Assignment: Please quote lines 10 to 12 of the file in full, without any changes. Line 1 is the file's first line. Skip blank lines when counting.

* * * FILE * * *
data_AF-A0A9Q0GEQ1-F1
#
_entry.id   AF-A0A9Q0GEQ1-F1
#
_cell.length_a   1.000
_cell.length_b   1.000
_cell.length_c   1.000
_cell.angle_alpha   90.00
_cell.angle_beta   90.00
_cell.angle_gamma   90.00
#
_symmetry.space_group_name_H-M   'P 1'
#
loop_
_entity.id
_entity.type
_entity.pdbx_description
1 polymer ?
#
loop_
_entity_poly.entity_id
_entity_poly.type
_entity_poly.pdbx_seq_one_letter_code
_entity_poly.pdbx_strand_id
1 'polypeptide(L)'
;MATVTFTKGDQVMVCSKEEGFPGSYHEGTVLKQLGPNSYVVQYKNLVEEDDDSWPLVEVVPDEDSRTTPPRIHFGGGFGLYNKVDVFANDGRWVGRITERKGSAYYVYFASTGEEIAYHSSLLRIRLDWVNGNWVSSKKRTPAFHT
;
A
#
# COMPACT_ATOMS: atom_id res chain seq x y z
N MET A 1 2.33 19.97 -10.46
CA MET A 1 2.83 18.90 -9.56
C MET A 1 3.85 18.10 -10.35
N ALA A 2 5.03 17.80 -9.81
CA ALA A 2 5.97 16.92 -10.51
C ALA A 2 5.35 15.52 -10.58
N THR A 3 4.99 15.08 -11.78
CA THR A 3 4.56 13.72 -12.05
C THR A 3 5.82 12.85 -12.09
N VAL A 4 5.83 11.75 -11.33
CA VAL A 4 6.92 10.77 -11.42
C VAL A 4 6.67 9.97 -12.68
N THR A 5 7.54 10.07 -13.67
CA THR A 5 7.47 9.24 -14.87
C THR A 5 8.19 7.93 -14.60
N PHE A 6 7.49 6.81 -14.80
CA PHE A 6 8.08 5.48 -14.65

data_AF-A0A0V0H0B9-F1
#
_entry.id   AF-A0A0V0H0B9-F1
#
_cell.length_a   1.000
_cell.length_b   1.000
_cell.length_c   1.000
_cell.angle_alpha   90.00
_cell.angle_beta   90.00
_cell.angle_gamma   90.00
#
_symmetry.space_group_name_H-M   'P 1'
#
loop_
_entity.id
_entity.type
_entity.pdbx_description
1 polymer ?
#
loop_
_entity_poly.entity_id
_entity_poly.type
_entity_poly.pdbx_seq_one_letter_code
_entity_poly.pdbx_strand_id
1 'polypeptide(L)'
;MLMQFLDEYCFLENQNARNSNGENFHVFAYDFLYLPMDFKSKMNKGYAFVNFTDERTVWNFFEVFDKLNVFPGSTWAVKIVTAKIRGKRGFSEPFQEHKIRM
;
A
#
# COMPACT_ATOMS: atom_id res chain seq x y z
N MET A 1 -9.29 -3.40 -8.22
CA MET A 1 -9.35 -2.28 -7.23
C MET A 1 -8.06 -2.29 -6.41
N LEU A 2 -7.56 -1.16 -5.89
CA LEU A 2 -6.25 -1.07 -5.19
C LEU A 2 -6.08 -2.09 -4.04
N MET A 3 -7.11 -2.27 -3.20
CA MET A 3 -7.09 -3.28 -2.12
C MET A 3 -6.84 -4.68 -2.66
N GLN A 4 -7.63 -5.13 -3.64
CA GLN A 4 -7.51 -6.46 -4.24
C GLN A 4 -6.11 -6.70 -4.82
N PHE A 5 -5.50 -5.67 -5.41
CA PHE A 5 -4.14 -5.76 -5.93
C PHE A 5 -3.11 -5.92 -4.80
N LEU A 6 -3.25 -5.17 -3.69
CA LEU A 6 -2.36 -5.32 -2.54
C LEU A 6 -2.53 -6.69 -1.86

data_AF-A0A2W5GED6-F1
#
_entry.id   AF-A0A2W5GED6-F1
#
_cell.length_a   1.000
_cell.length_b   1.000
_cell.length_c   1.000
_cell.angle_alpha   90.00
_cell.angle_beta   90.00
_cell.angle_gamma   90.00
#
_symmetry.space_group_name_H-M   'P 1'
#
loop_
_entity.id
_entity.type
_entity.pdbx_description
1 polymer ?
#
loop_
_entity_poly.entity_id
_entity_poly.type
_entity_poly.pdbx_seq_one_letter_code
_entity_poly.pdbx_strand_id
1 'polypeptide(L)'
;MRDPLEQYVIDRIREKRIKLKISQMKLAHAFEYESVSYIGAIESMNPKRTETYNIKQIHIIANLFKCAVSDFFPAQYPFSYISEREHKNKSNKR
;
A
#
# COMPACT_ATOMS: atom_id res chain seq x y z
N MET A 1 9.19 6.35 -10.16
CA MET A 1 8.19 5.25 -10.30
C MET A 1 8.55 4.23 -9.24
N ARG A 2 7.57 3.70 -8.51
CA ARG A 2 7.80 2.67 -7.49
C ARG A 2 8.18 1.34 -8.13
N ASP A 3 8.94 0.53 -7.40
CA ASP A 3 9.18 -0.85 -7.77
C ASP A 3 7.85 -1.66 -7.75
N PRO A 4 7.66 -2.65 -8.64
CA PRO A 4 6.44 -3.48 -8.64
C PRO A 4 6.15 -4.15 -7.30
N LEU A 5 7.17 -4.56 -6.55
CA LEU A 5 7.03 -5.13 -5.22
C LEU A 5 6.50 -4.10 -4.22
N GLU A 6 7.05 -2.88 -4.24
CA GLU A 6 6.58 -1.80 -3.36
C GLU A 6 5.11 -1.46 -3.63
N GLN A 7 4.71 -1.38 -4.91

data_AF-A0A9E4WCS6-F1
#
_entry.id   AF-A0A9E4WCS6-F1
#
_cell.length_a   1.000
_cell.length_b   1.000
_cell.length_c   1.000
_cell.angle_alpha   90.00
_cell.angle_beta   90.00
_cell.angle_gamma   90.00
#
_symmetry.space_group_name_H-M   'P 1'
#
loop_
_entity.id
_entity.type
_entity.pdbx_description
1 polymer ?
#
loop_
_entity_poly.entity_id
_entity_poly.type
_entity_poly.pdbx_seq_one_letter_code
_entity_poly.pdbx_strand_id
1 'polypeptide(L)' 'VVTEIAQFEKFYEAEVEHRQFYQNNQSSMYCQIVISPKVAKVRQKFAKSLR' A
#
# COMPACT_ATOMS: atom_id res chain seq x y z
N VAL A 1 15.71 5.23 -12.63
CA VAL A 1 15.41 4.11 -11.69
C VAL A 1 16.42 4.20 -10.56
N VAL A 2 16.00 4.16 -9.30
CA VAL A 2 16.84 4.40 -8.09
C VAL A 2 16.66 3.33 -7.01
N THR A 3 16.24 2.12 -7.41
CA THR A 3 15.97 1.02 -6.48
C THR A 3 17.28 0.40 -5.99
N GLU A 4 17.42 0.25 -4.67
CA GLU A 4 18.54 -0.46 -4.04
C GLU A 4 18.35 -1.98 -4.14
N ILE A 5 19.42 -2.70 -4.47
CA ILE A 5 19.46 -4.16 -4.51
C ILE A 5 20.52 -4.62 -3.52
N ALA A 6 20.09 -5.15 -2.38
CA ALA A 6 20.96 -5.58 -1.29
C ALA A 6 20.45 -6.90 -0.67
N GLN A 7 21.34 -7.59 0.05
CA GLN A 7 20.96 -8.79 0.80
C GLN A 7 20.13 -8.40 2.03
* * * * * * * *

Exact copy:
_cell.angle_gamma   90.00
#
_symmetry.space_group_name_H-M   'P 1'